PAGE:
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Physical Examination of the Eye

By Kirk N. Gelatt, VMD, DACVO, Emeritus Distinguished Professor, Department of Small Animal Clinical Sciences, College of Veterinary Medicine, University of Florida

The initial examination of the eye should assess symmetry, conformation, and gross lesions; the eye should be viewed from 2–3 ft (~1 m) away, in good light, and with minimal restraint of the head. The anterior ocular segment and pupillary light reflexes are examined in detail with a strong light and under magnification in a darkened room. Baseline tests like the Schirmer tear test, fluorescein staining, and tonometry (intraocular pressure measurement) may be followed by ancillary tests such as taking corneal and conjunctival cytology and cultures, everting the eyelids for examination, and flushing the nasolacrimal system to evaluate the external parts of the eye, including the anterior segment. Diseases of the vitreous and ocular fundus are evaluated by direct and indirect ophthalmoscopy (usually performed after inducing mydriasis) and vision testing (menace reflex, obstacle course, dazzle reflex, etc).

Eye anatomy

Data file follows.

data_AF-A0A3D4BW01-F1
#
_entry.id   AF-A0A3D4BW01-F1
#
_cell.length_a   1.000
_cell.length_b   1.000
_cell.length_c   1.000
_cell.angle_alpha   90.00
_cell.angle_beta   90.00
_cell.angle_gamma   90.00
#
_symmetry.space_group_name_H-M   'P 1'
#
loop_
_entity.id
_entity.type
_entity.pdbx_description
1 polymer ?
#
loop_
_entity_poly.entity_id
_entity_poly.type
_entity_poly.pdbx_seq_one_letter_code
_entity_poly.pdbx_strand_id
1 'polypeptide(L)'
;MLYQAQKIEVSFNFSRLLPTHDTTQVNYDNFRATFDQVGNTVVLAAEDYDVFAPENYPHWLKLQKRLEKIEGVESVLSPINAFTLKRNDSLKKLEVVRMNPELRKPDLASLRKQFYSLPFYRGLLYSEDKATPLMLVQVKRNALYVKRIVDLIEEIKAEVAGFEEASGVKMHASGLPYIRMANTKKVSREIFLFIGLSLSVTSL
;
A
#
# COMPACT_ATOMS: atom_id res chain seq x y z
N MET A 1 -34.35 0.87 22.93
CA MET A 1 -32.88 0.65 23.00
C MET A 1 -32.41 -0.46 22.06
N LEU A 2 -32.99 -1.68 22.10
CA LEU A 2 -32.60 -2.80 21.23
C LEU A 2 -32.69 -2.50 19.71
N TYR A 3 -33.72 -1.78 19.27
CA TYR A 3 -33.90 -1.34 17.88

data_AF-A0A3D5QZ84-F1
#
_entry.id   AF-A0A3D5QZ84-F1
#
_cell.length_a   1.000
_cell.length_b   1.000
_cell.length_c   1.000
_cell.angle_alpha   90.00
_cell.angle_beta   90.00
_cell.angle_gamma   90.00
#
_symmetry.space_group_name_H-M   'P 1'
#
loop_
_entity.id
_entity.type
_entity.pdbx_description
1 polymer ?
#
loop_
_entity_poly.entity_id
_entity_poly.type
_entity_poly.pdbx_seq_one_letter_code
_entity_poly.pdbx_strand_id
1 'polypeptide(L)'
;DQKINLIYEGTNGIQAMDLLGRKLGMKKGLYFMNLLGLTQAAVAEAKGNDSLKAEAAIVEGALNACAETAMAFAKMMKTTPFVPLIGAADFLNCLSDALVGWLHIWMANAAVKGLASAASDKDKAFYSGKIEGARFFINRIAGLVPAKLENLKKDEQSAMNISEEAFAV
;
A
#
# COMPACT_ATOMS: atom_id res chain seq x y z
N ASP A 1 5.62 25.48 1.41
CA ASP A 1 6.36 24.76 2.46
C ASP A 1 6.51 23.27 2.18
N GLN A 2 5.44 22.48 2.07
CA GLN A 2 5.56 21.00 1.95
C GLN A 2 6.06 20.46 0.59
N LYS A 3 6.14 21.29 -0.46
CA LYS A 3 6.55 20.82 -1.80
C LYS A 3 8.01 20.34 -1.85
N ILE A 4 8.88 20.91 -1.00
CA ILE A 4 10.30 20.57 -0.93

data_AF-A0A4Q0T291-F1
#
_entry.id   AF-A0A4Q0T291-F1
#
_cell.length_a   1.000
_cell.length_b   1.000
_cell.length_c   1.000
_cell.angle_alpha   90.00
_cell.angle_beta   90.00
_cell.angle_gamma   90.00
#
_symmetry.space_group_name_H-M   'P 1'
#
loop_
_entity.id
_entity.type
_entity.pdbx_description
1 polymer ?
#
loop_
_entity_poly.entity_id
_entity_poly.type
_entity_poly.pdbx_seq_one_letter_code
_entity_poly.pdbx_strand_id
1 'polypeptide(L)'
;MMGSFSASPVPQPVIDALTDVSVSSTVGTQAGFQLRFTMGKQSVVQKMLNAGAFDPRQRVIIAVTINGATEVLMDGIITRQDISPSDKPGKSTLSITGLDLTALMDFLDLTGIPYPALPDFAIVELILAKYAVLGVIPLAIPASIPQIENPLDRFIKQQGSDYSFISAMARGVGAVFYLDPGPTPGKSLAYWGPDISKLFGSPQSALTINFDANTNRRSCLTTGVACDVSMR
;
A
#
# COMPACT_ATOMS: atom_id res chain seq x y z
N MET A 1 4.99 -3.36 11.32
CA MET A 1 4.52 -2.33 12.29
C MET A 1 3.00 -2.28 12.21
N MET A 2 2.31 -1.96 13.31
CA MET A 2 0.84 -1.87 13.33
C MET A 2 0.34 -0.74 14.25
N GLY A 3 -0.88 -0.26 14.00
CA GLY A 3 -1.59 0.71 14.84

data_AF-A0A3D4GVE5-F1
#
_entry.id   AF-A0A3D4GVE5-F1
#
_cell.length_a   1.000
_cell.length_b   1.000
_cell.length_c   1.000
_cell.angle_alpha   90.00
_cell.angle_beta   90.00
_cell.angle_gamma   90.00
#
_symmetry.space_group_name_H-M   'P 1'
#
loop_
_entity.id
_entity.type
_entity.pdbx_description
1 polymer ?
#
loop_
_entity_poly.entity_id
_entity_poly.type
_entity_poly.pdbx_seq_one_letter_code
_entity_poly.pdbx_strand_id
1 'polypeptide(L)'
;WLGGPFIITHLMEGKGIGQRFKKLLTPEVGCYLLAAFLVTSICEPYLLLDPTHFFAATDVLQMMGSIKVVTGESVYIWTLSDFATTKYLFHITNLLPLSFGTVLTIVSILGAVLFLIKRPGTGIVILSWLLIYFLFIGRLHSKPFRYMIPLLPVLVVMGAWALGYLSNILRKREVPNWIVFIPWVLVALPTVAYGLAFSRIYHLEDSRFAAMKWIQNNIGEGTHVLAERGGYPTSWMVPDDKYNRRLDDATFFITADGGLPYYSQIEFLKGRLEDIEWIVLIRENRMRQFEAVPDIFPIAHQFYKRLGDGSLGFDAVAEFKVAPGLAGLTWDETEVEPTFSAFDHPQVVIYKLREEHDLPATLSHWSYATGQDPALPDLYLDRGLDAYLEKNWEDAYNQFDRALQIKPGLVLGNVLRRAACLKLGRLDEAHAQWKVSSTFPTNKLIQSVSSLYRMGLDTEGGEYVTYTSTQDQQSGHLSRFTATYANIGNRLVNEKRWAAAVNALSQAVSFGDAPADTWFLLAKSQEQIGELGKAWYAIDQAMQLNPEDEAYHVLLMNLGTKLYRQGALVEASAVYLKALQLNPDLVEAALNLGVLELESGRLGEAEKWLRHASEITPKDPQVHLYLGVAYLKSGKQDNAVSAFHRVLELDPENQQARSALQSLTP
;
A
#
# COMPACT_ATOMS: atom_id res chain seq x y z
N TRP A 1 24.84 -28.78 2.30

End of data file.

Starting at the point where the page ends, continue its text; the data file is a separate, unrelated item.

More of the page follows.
The eye and eyelids, median section. Illustration by Dr. Gheorghe Constantinescu.

Schirmer tear tests and cultures should be performed before topical anesthetic is instilled. Fluorescein staining and eversion of the eyelids do not require topical anesthesia, but tonometry, examination of the bulbar surface of the nictitating membrane, conjunctival and corneal cytology, gonioscopy, and lavage of the nasolacrimal system usually do. To avoid false-positives, samples for corneal and conjunctival cytology that will be analyzed by fluorescent antibody procedures should be collected before topical fluorescein staining.

Special examinations such as slit-lamp biomicroscopy, ultrasonography, fluorescein angiography, and electroretinography may require sedation or local, regional, or general anesthesia, depending on the species.

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